This edition: May 2010Tweet
Original tape date: May 25, 2010.
1/ Picasso: Themes and Variations
The question about Pablo Picasso, arguably the most important and influential artist of the 20th century, might be ‘Is there anything he didn’t do well?” Those looking for a weak spot will once again be disappointed by the exhibit at MoMA dedicated to his printmaking Picasso: Themes and Variations. The approximately one hundred works on display serve as a thread through the weave of his many subjects and treatments. Curator Deborah Wye helps guide CANAPE into the artistic habits of a towering genius.
2/ /”Daddy Longlegs” by the Safdie Brothers
It’s a crowded market out there in the land of indie flicks. It’s not just that no one wants to throw money at you to make your movie. Even worse, some folks don’t even want to show it. And that’s where a film festival programmer steps in. Case in point: the New York lensed microbudget drama Daddy Longlegs directed and written by brothers Benny and Josh Safdie. Sometimes it takes a Frenchman to see America in its details. Olivier Pere of the Director’s Fortnight at the Cannes Film Festival knew a true American indie when he screened it. CANAPE takes its own look.
Music may be a universal language but it is spoken with different accents. In that sense, the award winning young trumpeter Ibrahim Maalouf, who was born in Lebanon but now lives in France, speaks several musical tongues fluently. His repertoire includes the greatest pieces of Bach and other classical European composers, the range of modern jazz, and the lesser known but rich tradition of classical Arabic music. He once again shows his “chops,” as musicians put it, on his new recording Diachronisms. CANAPE knows when to listen.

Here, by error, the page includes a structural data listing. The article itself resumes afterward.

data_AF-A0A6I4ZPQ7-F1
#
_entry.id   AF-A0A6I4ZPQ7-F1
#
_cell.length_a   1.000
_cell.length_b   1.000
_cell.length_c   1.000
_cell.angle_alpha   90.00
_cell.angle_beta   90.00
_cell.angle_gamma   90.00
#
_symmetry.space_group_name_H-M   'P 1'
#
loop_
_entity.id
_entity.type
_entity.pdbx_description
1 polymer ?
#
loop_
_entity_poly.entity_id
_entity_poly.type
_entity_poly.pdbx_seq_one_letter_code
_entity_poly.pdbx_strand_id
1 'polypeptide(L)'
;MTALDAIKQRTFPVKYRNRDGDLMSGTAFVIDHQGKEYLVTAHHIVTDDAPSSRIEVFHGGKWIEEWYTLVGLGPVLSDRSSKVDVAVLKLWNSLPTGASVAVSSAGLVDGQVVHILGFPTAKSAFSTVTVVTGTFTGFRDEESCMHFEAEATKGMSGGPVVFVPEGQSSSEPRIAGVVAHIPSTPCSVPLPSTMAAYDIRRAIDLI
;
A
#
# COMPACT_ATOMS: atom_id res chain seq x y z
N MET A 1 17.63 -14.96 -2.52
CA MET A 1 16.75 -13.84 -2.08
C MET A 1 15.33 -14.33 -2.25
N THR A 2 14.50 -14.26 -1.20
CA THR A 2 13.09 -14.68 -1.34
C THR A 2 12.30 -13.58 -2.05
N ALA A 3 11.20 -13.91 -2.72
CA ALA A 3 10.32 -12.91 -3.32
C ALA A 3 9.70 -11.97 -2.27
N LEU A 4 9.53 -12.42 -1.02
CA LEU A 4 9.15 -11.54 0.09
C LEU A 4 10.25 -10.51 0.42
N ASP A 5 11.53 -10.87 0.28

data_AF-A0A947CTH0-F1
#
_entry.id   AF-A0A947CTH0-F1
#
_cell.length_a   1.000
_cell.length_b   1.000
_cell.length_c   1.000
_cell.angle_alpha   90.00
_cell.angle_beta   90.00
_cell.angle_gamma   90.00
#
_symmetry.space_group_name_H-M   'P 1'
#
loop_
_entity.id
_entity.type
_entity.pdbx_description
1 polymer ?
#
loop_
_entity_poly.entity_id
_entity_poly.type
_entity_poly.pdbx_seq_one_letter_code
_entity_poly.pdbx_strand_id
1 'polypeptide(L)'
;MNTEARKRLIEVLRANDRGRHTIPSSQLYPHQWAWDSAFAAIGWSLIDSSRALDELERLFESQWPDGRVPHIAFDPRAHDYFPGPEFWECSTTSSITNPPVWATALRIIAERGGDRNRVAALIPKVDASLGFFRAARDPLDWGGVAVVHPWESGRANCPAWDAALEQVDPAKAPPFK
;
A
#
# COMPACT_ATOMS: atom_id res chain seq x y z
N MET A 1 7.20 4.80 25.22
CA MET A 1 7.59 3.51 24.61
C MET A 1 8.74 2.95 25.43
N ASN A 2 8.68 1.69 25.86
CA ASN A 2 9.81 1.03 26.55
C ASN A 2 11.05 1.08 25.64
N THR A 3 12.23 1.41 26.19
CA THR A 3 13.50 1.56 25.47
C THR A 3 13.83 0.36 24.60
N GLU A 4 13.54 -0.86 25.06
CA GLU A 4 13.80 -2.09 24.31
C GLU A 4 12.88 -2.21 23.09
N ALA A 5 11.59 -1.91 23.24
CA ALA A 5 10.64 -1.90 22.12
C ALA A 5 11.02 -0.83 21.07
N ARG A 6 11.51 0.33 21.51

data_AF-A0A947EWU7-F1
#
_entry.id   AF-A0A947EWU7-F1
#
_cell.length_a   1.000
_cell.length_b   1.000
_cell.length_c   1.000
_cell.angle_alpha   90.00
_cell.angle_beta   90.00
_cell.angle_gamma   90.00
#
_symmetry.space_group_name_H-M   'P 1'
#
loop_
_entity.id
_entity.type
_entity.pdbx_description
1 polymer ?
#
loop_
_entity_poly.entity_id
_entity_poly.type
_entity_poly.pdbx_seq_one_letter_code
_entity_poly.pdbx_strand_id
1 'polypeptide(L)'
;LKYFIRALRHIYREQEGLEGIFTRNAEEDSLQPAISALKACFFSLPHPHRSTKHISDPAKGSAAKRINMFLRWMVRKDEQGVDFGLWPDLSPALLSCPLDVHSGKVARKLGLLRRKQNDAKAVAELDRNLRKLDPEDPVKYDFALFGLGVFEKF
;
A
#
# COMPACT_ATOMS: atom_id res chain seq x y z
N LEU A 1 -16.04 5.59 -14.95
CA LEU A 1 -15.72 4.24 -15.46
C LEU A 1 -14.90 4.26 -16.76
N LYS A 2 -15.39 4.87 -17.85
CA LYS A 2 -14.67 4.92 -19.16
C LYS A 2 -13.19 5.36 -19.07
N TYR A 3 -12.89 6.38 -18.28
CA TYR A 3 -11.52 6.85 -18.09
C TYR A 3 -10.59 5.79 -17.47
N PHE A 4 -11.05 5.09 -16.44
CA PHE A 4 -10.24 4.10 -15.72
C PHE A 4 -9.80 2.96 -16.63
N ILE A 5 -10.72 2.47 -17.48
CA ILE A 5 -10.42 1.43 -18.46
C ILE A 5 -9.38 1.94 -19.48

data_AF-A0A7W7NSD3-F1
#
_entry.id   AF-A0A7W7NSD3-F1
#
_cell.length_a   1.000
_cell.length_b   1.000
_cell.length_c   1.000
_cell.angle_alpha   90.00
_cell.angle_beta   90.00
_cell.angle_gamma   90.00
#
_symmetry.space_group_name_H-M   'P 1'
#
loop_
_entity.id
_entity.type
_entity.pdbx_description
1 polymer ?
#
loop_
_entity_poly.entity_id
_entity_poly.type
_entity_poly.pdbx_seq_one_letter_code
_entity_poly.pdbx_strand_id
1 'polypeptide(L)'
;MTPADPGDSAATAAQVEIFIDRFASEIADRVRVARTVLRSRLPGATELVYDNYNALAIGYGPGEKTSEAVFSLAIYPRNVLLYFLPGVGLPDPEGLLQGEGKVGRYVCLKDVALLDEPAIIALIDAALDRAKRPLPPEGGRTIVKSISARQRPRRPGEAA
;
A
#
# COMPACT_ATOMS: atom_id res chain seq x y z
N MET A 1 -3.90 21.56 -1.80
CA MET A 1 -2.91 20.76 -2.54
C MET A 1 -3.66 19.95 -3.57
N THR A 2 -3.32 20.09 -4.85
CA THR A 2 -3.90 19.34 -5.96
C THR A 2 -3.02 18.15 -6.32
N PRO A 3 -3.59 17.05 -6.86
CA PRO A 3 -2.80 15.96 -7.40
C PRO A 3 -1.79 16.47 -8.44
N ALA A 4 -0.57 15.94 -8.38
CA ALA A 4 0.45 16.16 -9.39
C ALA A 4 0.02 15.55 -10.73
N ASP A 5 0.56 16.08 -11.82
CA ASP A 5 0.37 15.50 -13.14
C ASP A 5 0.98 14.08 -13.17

4/ "The Father of My Children" by Mia Hansen Love
Films about filmmaking go back as far as the early silent era. There seems to be an endless fascination for how the magic is made and by whom. Producers are usually the villains, seldom the heroes. The immensely talented young French director Mia Hansen-Love puts a harried but humane producer at the center of her dramedy The Father of My Children. Where does the comedy end and the drama begin? CANAPE explores the topic with the director and her lead actor Louis-Do de Lencquesaing.
Louis-Do de Lencquesaing Actor
Mia Hansen-Løve Film Director
Ibrahim Maalouf Trumpeter
Benny Sadfie Film Director
Josh Sadfie Film Director
Deborah Wye Curator